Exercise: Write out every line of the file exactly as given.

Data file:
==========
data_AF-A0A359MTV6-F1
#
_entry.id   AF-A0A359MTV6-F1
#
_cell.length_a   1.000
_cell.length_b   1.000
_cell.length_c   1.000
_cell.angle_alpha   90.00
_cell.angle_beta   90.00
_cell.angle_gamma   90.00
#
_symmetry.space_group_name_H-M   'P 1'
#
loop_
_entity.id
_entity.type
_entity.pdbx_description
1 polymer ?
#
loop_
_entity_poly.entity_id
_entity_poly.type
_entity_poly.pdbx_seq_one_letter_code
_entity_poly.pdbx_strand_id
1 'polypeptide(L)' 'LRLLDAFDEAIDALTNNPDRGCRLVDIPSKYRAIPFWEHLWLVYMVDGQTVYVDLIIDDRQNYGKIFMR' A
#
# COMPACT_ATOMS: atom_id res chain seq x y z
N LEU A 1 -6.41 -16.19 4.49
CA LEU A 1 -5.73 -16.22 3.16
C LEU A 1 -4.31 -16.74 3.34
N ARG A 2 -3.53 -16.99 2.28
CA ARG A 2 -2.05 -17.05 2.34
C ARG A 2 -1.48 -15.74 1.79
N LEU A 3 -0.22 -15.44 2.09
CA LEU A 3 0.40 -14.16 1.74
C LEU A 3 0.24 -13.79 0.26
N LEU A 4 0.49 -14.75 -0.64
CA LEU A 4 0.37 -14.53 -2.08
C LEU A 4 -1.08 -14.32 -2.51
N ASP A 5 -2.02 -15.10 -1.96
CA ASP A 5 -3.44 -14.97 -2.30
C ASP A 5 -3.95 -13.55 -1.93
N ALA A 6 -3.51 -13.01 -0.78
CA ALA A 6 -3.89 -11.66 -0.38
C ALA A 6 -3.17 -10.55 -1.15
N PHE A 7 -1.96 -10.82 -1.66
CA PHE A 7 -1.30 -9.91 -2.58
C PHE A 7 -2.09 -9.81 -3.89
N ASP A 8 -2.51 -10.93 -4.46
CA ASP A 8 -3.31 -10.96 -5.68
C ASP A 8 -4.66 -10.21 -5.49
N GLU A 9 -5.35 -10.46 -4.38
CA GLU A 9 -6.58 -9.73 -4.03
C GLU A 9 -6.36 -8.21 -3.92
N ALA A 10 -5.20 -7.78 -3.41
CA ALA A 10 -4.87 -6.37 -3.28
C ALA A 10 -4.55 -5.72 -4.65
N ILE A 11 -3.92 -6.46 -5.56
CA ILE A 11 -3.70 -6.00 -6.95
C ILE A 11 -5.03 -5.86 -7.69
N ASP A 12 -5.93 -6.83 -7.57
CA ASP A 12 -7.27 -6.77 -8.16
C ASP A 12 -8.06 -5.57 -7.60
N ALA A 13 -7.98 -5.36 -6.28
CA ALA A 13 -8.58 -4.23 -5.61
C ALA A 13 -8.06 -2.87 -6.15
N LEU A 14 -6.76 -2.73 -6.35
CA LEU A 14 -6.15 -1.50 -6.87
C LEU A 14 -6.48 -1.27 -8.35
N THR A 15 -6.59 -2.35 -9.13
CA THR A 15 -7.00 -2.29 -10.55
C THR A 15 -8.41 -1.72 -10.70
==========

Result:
data_AF-A0A359MTV6-F1
#
_entry.id   AF-A0A359MTV6-F1
#
_cell.length_a   1.000
_cell.length_b   1.000
_cell.length_c   1.000
_cell.angle_alpha   90.00
_cell.angle_beta   90.00
_cell.angle_gamma   90.00
#
_symmetry.space_group_name_H-M   'P 1'
#
loop_
_entity.id
_entity.type
_entity.pdbx_description
1 polymer ?
#
loop_
_entity_poly.entity_id
_entity_poly.type
_entity_poly.pdbx_seq_one_letter_code
_entity_poly.pdbx_strand_id
1 'polypeptide(L)' 'LRLLDAFDEAIDALTNNPDRGCRLVDIPSKYRAIPFWEHLWLVYMVDGQTVYVDLIIDDRQNYGKIFMR' A
#
# COMPACT_ATOMS: atom_id res chain seq x y z
N LEU A 1 -6.41 -16.19 4.49
CA LEU A 1 -5.73 -16.22 3.16
C LEU A 1 -4.31 -16.74 3.34
N ARG A 2 -3.53 -16.99 2.28
CA ARG A 2 -2.05 -17.05 2.34
C ARG A 2 -1.48 -15.74 1.79
N LEU A 3 -0.22 -15.44 2.09
CA LEU A 3 0.40 -14.16 1.74
C LEU A 3 0.24 -13.79 0.26
N LEU A 4 0.49 -14.75 -0.64
CA LEU A 4 0.37 -14.53 -2.08
C LEU A 4 -1.08 -14.32 -2.51
N ASP A 5 -2.02 -15.10 -1.96
CA ASP A 5 -3.44 -14.97 -2.30
C ASP A 5 -3.95 -13.55 -1.93
N ALA A 6 -3.51 -13.01 -0.78
CA ALA A 6 -3.89 -11.66 -0.38
C ALA A 6 -3.17 -10.55 -1.15
N PHE A 7 -1.96 -10.82 -1.66
CA PHE A 7 -1.30 -9.91 -2.58
C PHE A 7 -2.09 -9.81 -3.89
N ASP A 8 -2.51 -10.93 -4.46
CA ASP A 8 -3.31 -10.96 -5.68
C ASP A 8 -4.66 -10.21 -5.49
N GLU A 9 -5.35 -10.46 -4.38
CA GLU A 9 -6.58 -9.73 -4.03
C GLU A 9 -6.36 -8.21 -3.92
N ALA A 10 -5.20 -7.78 -3.41
CA ALA A 10 -4.87 -6.37 -3.28
C ALA A 10 -4.55 -5.72 -4.65
N ILE A 11 -3.92 -6.46 -5.56
CA ILE A 11 -3.70 -6.00 -6.95
C ILE A 11 -5.03 -5.86 -7.69
N ASP A 12 -5.93 -6.83 -7.57
CA ASP A 12 -7.27 -6.77 -8.16
C ASP A 12 -8.06 -5.57 -7.60
N ALA A 13 -7.98 -5.36 -6.28
CA ALA A 13 -8.58 -4.23 -5.61
C ALA A 13 -8.06 -2.87 -6.15
N LEU A 14 -6.76 -2.73 -6.35
CA LEU A 14 -6.15 -1.50 -6.87
C LEU A 14 -6.48 -1.27 -8.35
N THR A 15 -6.59 -2.35 -9.13
CA THR A 15 -7.00 -2.29 -10.55
C THR A 15 -8.41 -1.72 -10.70